La Corriente que Nos Une, ceramic, tencel, indigo, 46” x 16″ x 5″
As a product of an American father and a Mexican mother, I am influenced by the conflicting expectations I have received as a woman within the two cultures. My studio practice, a ritualization that celebrates and questions my cultural inheritance as a woman, depicts the dichotomies of my heritage through the combination of ceramics and fiber. With a manipulation of traditional processes and materials of domesticity, I begin to bridge the misunderstandings present between the maternal generations of my lineage.
The vessel, symbolically tied to the traditions and expectations of womanhood, acts as a canvas for a discussion between materials and processes deeply rooted in the craft traditions of Mexico. The utilization of these processes explores Mexico’s deep history of class and culture within my own heritage. The use of fiber in combination with ceramic speaks powerfully to how we view utilitarian objects and the experiences associated with them. Symbolically, a vessel keeps not only the physical within but the ephemeral memories of life long after they have passed. The vessels in my work are not meant as objects of utility, instead they serve as vehicles for fiber. As the fiber flows from, weaves into, or frames the ceramic, it distorts the functionality but becomes a meaningful component as plate and cloth merge. The vessels contain an expression of femininity and an essence of personal and cultural history.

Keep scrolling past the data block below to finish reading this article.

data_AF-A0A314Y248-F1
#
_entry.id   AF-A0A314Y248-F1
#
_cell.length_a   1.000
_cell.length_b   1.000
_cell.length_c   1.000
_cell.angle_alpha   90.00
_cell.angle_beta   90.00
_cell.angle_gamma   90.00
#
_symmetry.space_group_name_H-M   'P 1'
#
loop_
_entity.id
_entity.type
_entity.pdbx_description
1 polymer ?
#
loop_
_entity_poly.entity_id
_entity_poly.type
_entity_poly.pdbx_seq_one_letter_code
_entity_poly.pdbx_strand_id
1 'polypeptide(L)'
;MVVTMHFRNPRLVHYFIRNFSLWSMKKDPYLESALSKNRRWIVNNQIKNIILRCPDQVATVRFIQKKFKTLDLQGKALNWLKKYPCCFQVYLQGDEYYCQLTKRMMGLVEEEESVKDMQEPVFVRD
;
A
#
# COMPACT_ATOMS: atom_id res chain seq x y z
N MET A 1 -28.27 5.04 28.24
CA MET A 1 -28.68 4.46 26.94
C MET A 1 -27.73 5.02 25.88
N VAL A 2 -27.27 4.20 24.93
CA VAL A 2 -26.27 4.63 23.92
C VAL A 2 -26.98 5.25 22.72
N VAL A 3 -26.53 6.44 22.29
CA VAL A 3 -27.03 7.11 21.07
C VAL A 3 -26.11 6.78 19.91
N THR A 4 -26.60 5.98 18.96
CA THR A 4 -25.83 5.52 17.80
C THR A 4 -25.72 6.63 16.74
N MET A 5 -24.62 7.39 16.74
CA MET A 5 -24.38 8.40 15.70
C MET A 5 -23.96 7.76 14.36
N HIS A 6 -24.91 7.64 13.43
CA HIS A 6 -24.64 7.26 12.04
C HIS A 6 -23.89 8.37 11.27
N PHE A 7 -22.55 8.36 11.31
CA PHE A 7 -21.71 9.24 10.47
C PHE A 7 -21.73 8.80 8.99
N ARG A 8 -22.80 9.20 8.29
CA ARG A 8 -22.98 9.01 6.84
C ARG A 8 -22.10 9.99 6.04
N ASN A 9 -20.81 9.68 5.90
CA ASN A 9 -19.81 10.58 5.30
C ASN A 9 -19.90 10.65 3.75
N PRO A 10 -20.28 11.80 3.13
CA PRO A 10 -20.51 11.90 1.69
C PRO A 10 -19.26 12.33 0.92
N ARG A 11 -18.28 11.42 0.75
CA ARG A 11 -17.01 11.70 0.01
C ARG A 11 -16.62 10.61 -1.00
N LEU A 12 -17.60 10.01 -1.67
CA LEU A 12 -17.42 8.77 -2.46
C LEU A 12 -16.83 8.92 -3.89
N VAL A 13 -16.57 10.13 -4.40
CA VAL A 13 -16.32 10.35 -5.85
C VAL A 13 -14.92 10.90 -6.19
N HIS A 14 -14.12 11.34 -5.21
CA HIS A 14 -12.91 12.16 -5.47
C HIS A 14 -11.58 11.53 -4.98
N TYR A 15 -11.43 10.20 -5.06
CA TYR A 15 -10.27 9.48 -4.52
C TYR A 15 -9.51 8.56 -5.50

My studio practice engages in the preservation of craft traditions by bringing them to a contemporary space. Continuing the conversations woven into the tapestry of Mexican craft, I pick up the threads of those who came before and add my own voice. Through an introspection of values, I begin to understand how clay and fiber directly relate to my lifestyle, cultures, traditions, and expectations. I simultaneously question and celebrate my identity as a woman across the generational and cultural boundaries in my life.